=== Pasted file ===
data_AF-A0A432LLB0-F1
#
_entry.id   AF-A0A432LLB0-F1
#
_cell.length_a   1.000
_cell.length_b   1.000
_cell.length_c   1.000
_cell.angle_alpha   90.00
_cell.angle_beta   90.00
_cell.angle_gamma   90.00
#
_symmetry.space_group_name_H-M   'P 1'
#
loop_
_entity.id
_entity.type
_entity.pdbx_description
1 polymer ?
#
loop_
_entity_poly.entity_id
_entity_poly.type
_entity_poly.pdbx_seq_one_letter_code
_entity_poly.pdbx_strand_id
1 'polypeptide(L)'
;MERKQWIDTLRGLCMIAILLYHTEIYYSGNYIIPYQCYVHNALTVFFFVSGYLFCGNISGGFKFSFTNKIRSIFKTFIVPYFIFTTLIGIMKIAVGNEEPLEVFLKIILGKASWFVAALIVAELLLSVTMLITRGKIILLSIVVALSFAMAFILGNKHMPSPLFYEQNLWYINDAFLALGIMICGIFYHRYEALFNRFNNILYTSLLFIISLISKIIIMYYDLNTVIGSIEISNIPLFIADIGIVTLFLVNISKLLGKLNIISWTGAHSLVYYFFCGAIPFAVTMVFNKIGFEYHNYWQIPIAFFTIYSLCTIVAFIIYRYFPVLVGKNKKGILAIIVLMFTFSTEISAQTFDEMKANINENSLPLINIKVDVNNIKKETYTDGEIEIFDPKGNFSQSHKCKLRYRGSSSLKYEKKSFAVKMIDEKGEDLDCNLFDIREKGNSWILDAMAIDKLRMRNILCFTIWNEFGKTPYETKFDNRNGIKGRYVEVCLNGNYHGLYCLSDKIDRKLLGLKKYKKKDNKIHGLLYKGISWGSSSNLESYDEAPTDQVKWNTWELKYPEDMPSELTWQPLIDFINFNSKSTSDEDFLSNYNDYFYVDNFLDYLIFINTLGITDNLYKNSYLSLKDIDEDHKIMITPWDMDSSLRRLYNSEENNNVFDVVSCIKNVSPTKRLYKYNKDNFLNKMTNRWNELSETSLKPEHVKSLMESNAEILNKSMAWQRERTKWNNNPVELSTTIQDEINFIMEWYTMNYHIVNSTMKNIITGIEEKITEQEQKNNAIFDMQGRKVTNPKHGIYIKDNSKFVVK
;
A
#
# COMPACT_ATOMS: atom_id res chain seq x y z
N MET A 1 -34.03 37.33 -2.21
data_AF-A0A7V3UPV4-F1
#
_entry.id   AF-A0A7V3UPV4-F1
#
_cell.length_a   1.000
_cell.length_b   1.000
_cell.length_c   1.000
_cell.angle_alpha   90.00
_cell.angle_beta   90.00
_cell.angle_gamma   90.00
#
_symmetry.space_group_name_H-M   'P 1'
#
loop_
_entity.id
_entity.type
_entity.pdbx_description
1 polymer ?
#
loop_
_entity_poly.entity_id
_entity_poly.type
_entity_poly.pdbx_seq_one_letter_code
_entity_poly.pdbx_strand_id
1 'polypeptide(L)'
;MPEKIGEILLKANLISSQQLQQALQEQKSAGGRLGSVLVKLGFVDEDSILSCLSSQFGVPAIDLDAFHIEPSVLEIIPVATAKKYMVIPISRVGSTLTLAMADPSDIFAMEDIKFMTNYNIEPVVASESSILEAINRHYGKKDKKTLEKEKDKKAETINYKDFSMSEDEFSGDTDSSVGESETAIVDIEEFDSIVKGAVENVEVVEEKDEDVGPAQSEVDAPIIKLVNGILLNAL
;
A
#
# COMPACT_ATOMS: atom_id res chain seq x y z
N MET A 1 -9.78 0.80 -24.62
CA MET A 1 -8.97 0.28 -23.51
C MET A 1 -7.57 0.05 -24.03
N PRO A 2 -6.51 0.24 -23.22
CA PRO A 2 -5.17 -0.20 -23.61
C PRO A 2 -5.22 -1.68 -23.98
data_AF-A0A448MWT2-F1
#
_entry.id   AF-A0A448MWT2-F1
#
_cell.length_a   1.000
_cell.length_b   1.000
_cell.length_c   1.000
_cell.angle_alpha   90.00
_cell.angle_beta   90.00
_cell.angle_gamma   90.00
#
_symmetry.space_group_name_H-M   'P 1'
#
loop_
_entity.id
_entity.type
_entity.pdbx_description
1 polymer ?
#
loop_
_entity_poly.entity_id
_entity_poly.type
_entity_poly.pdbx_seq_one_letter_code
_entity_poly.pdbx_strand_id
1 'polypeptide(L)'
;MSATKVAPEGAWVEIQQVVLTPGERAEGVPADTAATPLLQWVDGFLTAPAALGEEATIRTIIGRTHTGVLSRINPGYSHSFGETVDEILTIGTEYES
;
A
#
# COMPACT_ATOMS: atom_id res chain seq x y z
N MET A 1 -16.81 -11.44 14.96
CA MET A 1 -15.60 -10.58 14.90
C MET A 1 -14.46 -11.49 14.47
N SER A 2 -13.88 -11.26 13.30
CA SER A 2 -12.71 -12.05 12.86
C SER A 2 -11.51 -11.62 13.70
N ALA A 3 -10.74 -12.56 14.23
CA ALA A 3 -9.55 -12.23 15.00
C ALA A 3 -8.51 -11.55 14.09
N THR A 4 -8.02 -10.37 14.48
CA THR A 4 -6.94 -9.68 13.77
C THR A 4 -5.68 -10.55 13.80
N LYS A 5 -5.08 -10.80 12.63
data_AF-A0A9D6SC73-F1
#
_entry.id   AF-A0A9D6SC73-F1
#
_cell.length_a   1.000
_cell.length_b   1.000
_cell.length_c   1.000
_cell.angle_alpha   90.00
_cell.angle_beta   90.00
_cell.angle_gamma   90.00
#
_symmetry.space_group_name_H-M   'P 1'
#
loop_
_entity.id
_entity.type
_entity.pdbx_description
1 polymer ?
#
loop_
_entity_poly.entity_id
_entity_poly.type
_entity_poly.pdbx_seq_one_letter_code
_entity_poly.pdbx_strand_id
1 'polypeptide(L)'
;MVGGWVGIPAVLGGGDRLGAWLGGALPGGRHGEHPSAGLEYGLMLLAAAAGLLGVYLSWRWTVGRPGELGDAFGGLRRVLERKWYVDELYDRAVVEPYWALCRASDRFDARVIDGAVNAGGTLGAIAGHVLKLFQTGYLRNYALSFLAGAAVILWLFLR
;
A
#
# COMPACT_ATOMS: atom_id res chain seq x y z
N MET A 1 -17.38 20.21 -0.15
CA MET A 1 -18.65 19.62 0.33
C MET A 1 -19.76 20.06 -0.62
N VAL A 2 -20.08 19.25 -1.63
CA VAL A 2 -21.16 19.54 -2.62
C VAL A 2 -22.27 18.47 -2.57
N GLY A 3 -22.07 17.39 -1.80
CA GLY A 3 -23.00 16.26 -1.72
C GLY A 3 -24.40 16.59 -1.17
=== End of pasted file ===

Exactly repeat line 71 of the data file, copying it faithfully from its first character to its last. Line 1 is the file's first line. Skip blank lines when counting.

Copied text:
#